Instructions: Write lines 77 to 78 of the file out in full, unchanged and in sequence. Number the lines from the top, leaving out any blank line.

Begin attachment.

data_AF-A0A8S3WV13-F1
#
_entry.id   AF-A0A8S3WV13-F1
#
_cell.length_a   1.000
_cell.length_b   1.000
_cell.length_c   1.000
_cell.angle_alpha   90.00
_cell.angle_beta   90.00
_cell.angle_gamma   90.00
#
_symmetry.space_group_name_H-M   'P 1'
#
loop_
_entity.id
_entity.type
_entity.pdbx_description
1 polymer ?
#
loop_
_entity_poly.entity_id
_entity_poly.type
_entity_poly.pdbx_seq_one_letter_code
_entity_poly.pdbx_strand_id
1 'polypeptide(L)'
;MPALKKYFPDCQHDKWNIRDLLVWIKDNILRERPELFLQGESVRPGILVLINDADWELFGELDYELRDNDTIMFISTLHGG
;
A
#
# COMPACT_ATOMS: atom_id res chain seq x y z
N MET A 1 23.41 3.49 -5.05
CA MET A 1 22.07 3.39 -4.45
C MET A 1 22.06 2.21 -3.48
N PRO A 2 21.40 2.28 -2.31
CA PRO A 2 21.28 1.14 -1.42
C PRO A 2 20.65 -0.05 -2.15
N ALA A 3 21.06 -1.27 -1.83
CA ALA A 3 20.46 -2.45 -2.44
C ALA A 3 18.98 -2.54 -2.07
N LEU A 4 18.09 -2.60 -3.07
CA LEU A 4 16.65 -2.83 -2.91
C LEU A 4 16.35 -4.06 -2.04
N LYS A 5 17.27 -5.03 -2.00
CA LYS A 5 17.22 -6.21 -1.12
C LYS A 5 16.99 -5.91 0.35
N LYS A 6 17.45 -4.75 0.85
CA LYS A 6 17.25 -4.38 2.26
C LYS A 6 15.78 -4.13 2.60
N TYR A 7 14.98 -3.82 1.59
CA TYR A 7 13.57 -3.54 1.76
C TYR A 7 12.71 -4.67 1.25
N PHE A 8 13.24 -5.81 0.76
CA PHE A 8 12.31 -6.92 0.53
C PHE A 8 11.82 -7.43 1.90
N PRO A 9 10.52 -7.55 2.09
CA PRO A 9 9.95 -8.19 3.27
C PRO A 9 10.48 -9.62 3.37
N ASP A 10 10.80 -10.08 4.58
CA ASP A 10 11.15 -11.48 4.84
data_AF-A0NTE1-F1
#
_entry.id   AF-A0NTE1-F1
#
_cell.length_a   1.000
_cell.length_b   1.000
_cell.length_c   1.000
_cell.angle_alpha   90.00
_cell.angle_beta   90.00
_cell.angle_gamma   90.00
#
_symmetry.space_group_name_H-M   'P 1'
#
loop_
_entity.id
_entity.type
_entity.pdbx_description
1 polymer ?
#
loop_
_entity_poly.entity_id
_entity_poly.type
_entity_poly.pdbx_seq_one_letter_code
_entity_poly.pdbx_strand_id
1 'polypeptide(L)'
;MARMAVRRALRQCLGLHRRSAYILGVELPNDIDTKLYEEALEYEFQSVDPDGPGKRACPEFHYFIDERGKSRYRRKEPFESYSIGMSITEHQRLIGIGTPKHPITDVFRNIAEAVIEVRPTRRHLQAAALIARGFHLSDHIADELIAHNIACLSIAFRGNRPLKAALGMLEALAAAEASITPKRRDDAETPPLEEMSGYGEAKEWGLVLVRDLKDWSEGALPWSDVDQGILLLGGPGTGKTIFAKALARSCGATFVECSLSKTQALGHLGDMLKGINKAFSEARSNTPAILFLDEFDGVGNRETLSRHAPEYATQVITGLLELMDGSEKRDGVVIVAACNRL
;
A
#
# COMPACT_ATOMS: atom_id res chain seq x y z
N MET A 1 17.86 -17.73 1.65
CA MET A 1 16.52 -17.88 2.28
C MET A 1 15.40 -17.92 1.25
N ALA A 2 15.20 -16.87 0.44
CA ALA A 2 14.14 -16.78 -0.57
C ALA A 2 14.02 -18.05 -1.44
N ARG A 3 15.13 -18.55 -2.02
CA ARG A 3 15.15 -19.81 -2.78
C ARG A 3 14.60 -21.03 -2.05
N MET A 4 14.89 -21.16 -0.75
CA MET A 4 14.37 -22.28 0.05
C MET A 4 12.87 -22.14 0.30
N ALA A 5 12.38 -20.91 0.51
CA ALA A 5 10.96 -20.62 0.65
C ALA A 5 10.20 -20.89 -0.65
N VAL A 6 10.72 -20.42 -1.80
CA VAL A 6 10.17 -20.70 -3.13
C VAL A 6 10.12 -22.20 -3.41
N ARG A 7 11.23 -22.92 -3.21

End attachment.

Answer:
1 polymer ?
#